Ageneration ago, autocrats could still hope to maintain control of information within their countries and to limit the ability of citizens to communicate with one another and the outside world. Today, people carry gadgetry that allows them to send ideas hurtling across borders, to connect with one another as never before.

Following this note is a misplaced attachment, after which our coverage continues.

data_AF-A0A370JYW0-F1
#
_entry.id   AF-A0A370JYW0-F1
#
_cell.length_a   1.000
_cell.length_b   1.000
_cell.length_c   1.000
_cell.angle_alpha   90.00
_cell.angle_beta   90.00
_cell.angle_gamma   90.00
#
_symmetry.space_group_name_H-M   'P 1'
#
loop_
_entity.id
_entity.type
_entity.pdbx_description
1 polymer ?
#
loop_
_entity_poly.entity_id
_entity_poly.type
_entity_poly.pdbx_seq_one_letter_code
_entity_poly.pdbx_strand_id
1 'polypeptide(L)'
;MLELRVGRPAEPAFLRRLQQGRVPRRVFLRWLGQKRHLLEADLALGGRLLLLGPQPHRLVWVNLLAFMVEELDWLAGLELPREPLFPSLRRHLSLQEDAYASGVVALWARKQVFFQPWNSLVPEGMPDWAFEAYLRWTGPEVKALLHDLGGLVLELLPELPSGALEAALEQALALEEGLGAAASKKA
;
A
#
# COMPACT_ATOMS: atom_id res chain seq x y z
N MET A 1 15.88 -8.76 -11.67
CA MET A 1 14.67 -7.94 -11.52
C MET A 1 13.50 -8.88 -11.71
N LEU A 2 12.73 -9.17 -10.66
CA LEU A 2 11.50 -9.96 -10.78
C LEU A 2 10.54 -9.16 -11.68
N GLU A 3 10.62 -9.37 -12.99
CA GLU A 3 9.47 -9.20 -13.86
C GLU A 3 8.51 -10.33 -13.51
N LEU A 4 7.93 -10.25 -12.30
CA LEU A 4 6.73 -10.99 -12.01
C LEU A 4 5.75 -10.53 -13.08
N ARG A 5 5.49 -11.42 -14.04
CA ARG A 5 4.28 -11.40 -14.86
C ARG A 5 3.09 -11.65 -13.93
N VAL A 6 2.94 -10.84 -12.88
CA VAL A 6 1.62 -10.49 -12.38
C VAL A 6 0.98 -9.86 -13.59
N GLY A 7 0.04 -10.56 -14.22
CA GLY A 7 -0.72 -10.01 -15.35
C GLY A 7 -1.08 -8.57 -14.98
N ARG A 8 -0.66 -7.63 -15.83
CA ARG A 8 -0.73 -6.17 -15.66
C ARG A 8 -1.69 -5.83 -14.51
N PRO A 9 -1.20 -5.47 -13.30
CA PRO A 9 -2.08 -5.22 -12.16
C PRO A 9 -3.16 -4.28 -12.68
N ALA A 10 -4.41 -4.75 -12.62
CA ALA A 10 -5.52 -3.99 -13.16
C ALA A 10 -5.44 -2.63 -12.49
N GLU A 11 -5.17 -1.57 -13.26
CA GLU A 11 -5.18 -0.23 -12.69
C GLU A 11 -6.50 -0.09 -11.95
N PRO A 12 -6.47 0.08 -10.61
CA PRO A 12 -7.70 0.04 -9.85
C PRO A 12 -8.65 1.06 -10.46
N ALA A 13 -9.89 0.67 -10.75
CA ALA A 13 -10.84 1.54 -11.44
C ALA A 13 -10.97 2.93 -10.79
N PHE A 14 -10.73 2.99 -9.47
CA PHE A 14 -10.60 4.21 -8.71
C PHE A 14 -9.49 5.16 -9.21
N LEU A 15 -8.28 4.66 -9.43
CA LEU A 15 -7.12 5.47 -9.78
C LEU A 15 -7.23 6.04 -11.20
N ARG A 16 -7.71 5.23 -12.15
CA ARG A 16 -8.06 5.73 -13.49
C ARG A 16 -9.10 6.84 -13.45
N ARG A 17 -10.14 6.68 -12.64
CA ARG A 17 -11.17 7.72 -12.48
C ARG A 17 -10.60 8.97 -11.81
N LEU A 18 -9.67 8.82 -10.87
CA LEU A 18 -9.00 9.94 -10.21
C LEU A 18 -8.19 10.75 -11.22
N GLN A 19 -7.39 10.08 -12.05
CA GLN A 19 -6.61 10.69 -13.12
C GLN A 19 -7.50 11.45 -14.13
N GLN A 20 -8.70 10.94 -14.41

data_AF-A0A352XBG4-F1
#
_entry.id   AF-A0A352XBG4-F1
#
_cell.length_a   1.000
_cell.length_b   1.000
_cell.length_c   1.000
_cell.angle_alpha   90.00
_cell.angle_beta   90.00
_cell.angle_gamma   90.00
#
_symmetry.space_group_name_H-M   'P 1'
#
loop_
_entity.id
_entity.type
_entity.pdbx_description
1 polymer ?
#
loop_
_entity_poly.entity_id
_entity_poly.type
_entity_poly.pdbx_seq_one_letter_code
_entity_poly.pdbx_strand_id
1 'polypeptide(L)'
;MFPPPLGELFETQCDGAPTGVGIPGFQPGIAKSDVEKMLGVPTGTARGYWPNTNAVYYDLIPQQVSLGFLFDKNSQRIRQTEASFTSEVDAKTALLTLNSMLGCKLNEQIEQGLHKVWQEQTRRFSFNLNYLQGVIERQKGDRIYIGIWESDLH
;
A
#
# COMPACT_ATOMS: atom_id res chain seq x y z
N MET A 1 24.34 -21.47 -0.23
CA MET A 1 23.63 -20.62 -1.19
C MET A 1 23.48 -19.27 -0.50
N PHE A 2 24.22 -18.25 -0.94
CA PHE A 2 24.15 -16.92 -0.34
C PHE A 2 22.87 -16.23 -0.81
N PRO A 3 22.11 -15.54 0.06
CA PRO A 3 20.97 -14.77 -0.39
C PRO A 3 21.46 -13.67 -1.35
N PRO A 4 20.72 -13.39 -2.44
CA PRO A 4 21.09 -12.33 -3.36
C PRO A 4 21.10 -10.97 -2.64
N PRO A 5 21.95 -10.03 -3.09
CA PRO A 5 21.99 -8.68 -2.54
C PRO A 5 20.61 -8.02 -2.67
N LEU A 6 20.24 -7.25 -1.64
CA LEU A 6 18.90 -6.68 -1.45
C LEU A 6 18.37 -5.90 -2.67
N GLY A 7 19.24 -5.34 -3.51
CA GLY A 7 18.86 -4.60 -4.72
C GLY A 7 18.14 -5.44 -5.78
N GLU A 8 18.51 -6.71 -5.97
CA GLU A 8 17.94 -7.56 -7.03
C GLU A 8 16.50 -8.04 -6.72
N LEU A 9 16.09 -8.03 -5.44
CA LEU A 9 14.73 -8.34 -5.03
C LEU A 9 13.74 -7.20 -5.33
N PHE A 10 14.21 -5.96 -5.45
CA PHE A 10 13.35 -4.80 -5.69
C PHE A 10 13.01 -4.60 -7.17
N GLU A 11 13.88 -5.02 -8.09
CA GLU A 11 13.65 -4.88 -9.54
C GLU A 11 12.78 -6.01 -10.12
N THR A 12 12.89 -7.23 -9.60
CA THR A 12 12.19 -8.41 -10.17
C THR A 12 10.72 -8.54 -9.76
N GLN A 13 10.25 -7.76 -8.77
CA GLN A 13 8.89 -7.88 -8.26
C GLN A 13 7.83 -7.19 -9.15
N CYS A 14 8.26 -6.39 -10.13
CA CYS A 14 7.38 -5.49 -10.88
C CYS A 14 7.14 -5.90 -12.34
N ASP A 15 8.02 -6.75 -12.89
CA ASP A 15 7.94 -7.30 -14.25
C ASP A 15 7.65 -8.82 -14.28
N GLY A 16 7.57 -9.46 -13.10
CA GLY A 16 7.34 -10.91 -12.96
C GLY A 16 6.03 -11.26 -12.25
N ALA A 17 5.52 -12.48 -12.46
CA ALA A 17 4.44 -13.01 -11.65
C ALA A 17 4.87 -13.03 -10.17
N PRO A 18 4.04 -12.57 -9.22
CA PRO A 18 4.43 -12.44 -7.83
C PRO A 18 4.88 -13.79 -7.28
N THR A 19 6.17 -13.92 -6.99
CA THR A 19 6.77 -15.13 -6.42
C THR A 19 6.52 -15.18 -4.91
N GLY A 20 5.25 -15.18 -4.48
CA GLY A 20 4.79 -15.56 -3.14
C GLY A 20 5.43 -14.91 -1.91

Satellite television, mobile phones with cameras, Facebook, YouTube and Twitter have empowered the individual. Recent headlines remind us that the state is developing new tools of its own. But the decision by former US Central Intelligence Agency employee Edward Snowden to expose the National Security Agency’s data dragnets demonstrates that state-sponsored surveillance may prove as difficult a secret to keep as any other in an open society. Continue reading »